RUSSIA

Putin shrugs off snub by wartime allies in Moscow parade

President also criticised the US at Moscow's 70th anniversary celebration of the Nazis' defeat

PUBLISHED : Sunday, 10 May, 2015, 7:38am
UPDATED : Sunday, 10 May, 2015, 7:38am

Russian President Vladimir Putin yesterday presided over a huge military parade to commemorate the 70th anniversary of victory over Nazi Germany, brushing off a snub by Western leaders over Ukraine, but still managing a dig at the United States.

In what is seen as punishment for the Kremlin's alleged meddling in Ukraine, Western countries, led by Russia's allies in the second world war, boycotted the festivities, leaving Putin to mark the day in the company of the leaders of China, Cuba and other Moscow-friendly figures.

Addressing thousands of foreign guests and veterans, Putin chose to ignore the boycott, thanking Britain, France and the US for their "contribution" to the defeat of Nazi Germany.

"Our fathers and grandfathers went through unbearable suffering, deprivation and losses," Putin said, feting the country's veterans and the "grandeur of victory over Nazism".

"We are grateful to the people of Great Britain, France and the United States for their contribution to victory," he added, also thanking those who fought against the Nazis in other countries, including Germany itself.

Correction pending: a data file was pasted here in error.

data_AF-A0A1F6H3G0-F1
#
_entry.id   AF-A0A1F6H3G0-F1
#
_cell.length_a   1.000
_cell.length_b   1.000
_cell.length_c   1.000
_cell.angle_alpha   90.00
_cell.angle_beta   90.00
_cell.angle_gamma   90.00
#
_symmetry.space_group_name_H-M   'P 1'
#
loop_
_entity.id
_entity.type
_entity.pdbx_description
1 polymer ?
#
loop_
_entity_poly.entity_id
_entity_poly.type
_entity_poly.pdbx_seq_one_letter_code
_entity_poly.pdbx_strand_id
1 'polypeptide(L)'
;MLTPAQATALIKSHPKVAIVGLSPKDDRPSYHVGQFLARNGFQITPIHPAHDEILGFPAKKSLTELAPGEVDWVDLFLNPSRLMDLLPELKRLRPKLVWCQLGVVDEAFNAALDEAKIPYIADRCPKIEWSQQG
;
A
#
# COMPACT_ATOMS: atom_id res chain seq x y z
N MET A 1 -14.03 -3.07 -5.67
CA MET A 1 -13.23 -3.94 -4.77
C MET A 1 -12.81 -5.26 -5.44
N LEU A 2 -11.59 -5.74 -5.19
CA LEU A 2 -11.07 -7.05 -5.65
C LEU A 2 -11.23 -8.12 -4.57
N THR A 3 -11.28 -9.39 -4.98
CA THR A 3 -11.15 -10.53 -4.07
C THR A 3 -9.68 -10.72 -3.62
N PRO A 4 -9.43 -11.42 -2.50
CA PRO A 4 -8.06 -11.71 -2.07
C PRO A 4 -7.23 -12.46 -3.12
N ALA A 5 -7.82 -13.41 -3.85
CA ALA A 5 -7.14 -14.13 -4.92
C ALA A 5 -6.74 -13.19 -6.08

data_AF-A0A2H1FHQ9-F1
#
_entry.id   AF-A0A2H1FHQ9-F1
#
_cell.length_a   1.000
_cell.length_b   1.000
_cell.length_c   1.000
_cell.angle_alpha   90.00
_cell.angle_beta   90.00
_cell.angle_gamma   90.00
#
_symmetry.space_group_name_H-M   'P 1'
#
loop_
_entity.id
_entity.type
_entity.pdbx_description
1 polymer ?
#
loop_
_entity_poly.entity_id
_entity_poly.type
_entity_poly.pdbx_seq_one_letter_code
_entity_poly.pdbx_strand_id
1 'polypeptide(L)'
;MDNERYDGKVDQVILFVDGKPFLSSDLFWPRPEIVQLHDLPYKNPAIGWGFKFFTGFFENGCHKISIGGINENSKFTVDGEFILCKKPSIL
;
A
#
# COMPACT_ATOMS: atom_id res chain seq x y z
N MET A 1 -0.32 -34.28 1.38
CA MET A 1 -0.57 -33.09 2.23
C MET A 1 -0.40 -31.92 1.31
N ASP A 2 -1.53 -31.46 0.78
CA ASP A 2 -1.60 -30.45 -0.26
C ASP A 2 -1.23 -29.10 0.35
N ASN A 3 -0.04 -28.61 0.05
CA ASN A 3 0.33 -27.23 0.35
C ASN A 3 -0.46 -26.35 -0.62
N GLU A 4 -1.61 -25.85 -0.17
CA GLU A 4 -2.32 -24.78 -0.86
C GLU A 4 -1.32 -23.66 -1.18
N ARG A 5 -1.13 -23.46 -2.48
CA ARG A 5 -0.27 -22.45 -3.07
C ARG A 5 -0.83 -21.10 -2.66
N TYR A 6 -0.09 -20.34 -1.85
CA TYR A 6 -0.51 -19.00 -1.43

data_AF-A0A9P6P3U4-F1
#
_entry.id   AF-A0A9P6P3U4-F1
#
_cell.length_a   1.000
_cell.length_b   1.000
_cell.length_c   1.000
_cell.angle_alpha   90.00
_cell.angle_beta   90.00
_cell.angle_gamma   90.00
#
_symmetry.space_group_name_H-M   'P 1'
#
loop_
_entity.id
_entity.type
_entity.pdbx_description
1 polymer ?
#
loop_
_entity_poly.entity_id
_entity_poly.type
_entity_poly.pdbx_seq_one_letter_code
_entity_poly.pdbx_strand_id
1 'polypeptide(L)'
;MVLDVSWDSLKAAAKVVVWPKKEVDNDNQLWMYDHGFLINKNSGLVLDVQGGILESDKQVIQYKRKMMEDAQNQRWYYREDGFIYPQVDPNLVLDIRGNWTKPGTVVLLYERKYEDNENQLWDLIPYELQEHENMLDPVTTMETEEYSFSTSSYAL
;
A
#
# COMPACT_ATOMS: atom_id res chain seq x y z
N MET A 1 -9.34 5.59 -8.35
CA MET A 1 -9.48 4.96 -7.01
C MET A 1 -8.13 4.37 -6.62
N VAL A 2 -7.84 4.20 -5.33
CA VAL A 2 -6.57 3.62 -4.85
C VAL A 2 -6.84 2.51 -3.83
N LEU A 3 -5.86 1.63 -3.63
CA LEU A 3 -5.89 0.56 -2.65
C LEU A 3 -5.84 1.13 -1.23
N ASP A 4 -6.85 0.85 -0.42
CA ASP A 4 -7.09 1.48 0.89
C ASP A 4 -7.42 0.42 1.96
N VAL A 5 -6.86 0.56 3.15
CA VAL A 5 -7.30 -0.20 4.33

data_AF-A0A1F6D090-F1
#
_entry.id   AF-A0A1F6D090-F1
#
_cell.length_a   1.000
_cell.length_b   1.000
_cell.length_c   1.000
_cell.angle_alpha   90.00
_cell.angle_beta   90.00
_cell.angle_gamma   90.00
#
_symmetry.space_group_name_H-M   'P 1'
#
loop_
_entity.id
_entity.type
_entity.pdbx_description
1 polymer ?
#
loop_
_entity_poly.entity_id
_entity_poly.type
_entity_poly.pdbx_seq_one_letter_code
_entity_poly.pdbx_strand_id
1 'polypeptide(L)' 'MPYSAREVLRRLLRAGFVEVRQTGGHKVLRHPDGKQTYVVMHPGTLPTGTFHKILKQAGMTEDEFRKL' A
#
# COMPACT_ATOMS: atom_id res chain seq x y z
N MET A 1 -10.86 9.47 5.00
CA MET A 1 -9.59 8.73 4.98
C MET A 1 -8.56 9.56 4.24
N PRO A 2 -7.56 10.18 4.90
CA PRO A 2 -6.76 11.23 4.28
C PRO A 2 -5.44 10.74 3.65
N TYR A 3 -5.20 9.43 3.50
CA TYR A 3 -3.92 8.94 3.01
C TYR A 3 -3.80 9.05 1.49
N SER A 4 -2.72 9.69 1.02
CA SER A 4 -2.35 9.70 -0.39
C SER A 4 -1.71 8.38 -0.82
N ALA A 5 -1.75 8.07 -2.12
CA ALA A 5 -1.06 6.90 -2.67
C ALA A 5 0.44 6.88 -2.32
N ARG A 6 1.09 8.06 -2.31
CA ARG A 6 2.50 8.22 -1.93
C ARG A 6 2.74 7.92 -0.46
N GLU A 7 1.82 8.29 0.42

In an apparent dig at the United States, Putin criticised attempts to establish a "unipolar" world order and stressed the need to develop a "system of equal security for all states", but he conspicuously shunned more aggressive rhetoric and made no mention of the Ukraine crisis.

More than 16,000 troops - including Chinese honour guards - as well as troops from Mongolia, Serbia and several ex-Soviet states marched past the leaders, including Xi Jinping .

The Soviet Union lost an estimated 27 million soldiers and civilians in the second world war - more than any other country - and the Red Army's triumph remains a source of national pride.

But the Kremlin parade was overshadowed by the Ukraine crisis, with the West slapping sanctions on Moscow over Russia's seizure of Crimea and support for separatists in eastern Ukraine.

US President Barack Obama snubbed the festivities, as did the leaders of Britain and France.